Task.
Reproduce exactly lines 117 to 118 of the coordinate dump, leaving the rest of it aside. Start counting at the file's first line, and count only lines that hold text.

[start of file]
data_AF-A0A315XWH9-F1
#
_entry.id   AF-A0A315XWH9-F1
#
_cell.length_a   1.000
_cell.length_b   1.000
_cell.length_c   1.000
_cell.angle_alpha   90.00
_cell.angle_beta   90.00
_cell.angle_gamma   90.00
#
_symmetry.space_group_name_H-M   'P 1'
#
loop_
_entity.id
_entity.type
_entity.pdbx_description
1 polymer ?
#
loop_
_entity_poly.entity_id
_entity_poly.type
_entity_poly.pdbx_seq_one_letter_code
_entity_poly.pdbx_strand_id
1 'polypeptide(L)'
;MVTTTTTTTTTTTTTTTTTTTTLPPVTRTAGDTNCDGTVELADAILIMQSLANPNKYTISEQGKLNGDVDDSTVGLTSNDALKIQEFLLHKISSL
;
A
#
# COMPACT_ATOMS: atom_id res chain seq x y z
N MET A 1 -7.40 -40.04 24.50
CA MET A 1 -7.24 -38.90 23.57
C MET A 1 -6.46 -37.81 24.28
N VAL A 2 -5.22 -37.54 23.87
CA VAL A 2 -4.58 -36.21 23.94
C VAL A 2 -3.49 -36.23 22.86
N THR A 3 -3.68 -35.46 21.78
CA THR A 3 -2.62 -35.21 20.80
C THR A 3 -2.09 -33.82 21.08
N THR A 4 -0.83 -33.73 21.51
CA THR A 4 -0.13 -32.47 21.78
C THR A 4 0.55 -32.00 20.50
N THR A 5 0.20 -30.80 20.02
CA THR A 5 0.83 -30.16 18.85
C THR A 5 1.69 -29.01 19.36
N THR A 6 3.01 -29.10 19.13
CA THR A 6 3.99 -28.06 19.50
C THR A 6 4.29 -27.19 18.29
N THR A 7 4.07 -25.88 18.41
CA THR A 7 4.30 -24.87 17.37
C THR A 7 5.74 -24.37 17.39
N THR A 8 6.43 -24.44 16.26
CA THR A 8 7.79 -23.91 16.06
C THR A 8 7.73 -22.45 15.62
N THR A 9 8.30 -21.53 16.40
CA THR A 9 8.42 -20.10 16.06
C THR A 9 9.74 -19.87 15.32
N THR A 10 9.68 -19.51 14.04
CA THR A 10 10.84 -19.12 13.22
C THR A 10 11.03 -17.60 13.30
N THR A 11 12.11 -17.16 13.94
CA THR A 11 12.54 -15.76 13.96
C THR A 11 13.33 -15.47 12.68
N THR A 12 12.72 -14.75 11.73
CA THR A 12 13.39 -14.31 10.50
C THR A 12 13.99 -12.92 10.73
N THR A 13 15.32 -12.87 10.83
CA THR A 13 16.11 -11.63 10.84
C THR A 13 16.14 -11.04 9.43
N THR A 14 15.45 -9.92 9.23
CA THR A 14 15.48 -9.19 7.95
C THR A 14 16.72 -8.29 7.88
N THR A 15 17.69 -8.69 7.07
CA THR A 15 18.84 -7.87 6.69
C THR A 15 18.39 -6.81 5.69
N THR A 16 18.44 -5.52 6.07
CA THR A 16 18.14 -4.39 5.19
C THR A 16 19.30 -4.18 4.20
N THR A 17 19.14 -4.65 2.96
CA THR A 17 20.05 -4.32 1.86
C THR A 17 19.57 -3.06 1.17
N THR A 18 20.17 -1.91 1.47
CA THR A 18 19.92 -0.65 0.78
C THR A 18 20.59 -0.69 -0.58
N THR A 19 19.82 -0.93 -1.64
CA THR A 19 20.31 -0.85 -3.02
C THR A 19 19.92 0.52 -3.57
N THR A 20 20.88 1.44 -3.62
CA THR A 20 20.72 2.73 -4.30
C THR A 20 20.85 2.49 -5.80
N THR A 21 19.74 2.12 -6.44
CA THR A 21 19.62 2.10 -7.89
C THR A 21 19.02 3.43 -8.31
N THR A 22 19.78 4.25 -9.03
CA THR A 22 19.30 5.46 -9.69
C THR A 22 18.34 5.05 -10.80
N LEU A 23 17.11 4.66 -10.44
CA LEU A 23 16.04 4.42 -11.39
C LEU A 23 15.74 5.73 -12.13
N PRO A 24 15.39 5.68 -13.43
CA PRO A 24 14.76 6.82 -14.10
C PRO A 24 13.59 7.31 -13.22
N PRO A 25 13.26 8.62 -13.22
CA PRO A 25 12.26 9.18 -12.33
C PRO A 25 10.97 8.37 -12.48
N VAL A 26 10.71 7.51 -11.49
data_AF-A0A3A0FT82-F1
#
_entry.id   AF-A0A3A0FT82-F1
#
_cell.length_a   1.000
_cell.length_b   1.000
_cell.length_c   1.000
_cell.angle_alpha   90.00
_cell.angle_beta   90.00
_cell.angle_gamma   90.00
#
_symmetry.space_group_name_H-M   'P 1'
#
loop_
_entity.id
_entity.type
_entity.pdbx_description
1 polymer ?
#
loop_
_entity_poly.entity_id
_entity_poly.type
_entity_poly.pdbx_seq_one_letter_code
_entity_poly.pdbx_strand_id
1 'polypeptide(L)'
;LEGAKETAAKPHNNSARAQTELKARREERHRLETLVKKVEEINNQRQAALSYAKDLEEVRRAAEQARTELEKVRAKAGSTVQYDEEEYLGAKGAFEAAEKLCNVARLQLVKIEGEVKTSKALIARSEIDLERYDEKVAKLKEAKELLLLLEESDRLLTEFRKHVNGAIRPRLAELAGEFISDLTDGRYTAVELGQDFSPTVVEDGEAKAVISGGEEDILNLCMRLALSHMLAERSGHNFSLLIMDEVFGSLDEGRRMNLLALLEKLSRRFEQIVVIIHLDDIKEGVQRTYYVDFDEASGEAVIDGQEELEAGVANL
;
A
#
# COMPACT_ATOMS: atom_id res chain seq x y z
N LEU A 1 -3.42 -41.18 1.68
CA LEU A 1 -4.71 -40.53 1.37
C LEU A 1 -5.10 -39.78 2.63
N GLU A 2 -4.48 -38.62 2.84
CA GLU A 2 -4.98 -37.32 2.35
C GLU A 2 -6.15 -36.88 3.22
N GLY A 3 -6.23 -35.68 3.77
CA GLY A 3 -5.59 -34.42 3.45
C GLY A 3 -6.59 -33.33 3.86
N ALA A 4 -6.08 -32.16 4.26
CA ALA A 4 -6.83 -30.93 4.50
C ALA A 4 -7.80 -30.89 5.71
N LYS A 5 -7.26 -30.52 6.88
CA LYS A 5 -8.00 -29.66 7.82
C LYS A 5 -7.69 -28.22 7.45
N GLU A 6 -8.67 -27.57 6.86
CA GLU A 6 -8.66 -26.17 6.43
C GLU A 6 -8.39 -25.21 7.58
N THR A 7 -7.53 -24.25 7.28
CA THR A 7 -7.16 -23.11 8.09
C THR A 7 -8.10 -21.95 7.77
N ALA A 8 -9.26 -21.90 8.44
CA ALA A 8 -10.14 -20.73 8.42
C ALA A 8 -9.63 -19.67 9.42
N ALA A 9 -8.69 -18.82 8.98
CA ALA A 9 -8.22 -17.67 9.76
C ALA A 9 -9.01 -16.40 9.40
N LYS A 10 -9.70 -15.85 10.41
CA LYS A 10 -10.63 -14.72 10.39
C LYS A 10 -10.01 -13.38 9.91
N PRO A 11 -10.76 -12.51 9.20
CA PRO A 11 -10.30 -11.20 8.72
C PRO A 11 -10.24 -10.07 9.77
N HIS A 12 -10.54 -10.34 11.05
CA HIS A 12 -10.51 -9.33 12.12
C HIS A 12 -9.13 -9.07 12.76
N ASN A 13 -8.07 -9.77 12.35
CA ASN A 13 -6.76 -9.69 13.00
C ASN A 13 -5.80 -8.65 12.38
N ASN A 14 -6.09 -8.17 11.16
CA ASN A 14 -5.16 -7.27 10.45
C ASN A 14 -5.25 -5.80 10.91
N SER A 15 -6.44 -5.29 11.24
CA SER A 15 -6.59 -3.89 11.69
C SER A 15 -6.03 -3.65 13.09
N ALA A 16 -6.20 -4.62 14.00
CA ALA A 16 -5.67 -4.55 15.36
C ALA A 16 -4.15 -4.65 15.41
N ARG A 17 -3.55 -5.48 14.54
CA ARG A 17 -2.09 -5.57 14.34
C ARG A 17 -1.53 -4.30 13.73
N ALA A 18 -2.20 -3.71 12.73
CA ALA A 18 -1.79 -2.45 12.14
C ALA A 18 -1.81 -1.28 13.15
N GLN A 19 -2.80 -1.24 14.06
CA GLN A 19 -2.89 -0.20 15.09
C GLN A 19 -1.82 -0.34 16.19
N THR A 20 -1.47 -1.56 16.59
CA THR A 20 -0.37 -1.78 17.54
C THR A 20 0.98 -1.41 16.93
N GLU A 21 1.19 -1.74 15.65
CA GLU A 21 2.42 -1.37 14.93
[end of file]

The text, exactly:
#
_symmetry.space_group_name_H-M   'P 1'